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Deadly Cucumbers and Roof Tiles: The Lines Separating Civilians from Combat Have Always Been Blurred

Ukrainian first responders, Chernihiv, March 6. 

In the mid-fourth century BCE, a retired Greek general, Aeneas Tacticus, decided to condense the hard-won practical wisdom of his successful military career into a how-to manual on siege warfare. In his book, he went meticulously through every aspect of defending a city under attack. Those bolts that secure your city gates are more vulnerable than you think. Also, anyone out and about with a lamp at night could be signaling the enemy to betray the city. But what is most striking is not the content of the manual, but rather its audience. Aeneas addressed this military manual not to other generals, but rather to civilians without previous military experience. If you happen to be in a city under siege, and have no military forces in the city, just use this book. Results guaranteed. Maybe. Just see the blurb testimonials on the back.

Reading Aeneas’ text seems at times almost comical, except that we know that all examples of successes and failures that he cites to support his advice are historical. Every trick for compromising the integrity of the city gates, allowing the enemy to breach in, has a historical siege in mind. The situations for which he provides advice were literally life-or-death, since the fate awaiting civilians in a captured city was either death or, for those not killed, arguably worse than death. While the captors usually summarily executed all or most of the men in a captured city, including infant boys sometimes too, women and children were subject to rape and sale into slavery.

Aeneas’ manual was, without a doubt, revolutionary in its aims. In fact, no other such manual survives from the ancient world. And yet, his underlying assumption that even untrained civilians can defend their cities when pressed is not, as it happens, out of line with what we know of ancient warfare, even if most grand academic narratives of Greek and Roman warfare still focus largely on decisive battles.

Civilians in antiquity were known at times to be quite deadly. To bring up an example that post-dates Aeneas’s day, the general Pyrrhus – whose military career gave to us the term “Pyrrhic victory” – was famously killed when an elderly woman threw a rooftile at him, hitting him on the head. It is impressive to think that she managed to hit a moving target (Pyrrhus was riding past on horseback) from far above (she was on the roof, from which she got the dangerous tile). This also contrasts with Aeneas’ advice about enlisting women to help in a city’s defense: if short on men, just dress up some women in pots and pans, and have them march around atop the city walls. From afar, Aeneas assures, they will look like armed men, fooling the enemy into thinking that your forces are larger than they really are. But don’t let the women throw anything, he adds. Gendered stereotypes about women throwing, it appears, have a very long history.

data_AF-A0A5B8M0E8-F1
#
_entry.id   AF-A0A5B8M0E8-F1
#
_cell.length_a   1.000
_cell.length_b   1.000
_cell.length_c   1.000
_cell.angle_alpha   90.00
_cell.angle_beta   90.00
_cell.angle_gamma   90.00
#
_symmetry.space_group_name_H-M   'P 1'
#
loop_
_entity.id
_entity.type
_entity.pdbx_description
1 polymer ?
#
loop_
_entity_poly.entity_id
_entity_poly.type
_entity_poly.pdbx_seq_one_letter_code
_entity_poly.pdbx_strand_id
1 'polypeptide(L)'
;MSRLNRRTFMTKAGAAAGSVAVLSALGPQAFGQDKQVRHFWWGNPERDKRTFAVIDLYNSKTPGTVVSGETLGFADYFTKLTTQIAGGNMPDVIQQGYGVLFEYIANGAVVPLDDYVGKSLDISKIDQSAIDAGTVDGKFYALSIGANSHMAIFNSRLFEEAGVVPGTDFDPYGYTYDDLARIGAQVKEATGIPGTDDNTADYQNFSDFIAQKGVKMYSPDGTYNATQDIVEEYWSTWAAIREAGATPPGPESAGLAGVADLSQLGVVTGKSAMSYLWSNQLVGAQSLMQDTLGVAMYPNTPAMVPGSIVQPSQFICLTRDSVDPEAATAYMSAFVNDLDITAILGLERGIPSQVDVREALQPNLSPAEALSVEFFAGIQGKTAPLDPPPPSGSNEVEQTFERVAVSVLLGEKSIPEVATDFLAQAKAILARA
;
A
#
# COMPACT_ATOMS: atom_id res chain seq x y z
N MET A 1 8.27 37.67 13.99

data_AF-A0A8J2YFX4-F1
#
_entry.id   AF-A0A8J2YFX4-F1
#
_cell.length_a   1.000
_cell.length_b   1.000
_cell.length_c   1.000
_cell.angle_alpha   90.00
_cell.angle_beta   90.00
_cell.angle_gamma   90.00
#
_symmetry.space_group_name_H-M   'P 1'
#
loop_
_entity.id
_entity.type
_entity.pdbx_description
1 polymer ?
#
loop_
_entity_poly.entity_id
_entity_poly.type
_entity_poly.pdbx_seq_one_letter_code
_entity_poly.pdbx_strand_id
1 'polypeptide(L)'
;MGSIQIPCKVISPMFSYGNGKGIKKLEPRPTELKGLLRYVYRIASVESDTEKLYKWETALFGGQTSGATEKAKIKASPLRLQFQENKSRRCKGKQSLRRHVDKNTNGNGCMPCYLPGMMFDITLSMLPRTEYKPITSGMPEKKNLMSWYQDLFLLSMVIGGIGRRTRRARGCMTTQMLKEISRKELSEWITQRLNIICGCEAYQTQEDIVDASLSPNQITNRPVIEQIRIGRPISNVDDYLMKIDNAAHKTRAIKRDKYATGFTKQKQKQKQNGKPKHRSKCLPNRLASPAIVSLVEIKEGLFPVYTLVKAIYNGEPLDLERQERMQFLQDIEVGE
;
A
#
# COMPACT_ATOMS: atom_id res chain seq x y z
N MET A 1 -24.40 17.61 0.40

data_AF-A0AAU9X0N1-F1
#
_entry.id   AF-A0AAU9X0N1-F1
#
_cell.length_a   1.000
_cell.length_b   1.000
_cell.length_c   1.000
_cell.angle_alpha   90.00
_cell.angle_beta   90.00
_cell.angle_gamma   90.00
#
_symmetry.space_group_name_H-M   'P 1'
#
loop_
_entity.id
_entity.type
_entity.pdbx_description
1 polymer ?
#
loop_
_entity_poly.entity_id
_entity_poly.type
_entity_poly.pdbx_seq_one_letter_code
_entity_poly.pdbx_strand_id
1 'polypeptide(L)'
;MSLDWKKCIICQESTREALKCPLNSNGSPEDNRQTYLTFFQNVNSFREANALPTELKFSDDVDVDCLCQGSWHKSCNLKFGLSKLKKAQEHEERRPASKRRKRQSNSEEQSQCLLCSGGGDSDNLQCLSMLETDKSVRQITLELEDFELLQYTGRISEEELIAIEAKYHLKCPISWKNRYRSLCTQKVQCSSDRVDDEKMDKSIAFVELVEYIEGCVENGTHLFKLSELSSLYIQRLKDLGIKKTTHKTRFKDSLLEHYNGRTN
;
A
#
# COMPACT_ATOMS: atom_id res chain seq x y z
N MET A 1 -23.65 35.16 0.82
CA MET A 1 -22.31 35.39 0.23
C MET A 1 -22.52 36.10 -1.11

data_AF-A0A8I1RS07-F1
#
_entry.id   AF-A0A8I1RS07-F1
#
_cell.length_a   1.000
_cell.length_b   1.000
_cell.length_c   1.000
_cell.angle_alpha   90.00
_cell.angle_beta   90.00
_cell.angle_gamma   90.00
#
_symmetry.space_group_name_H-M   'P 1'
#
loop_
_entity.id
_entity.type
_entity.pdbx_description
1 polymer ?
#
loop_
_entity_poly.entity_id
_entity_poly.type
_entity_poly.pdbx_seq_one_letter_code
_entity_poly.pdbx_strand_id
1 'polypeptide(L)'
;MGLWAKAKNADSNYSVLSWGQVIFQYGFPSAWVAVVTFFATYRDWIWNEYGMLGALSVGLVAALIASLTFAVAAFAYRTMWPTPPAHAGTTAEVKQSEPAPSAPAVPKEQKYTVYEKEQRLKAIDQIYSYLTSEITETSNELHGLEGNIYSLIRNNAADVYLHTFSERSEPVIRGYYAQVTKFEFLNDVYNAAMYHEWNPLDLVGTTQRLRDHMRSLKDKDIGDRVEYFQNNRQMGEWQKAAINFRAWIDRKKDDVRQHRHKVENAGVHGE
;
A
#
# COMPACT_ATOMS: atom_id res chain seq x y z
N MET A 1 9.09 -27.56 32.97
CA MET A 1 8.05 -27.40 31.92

But eerily echoing such stories across millennia, on March 5th of this year an unusual story broke: “In Kyiv a woman knocked down a Russian drone from a balcony with a jar of cucumbers. How did they expect to occupy this country?” For Liubov Tsybulska, a hybrid warfare expert who advises Ukrainian government and military, and who posted this story on Twitter, the intent was to boast of the no-nonsense strength of Ukrainian civilians, prepared to defend their country by any means necessary. But the story, at the same time, reminds us of the fragility of civilians and the impossibility of keeping them safe in a time of war. Just imagine staying awake all night to the sound of shelling, as this woman likely did, and then seeing the drone on your own balcony! What would you do? How would you feel?

And so, I would caution us against simply making heroes of these unwitting warriors, and would encourage us instead to consider the trauma involved in such experiences. As the International Committee of the Red Cross notes, “During the past 60 years the main victims of war have been civilians. The protection of civilians during armed conflict is therefore a cornerstone of international humanitarian law.” The Russian attack on Ukraine shows clearly the impossibility of keeping civilians safe in time of war.  

On the same day, Jonathan Chait, a writer for New York Magazine, posted a question, also on Twitter: “Russia has more troops than Ukraine. But Ukraine has armed civilians. Is there a generally-agreed formula for how many armed civilians are equal in strength to a soldier? Or is it entirely context-dependent?” In a way, Tsybulska’s cucumber-wielding civilian is an answer to Chait’s question, but she is not the complete answer.

Chait’s question unwittingly stems from significant historical baggage, and was already being posed in the ancient Greek world. But when we ask these questions, we overlook one essential problem in warfare, ancient and modern: the line between civilians and soldiers has always been blurred. That is, in effect, the main thesis argument of the volume of essays by experts that Nicola Foote and I co-edited.

The instinctive ideal of many (although not all) leaders of every historical period has a clear binary in mind. Men and (depending on the country and time period) women in uniform do the fighting, while civilians are supposed to be safely away from battlefields. And yet, this binary has always been a fiction, and the air wars of modernity have only exacerbated this trend. In cities under siege and regions under attack, whether by ancient catapults or modern air raids, the distinction between civilian and soldier rapidly melts away. When the battlefield is suddenly your own balcony, you have no choice but to fight back with anything you have on hand. You might grab a jar of cucumbers. Or you might throw a rooftile.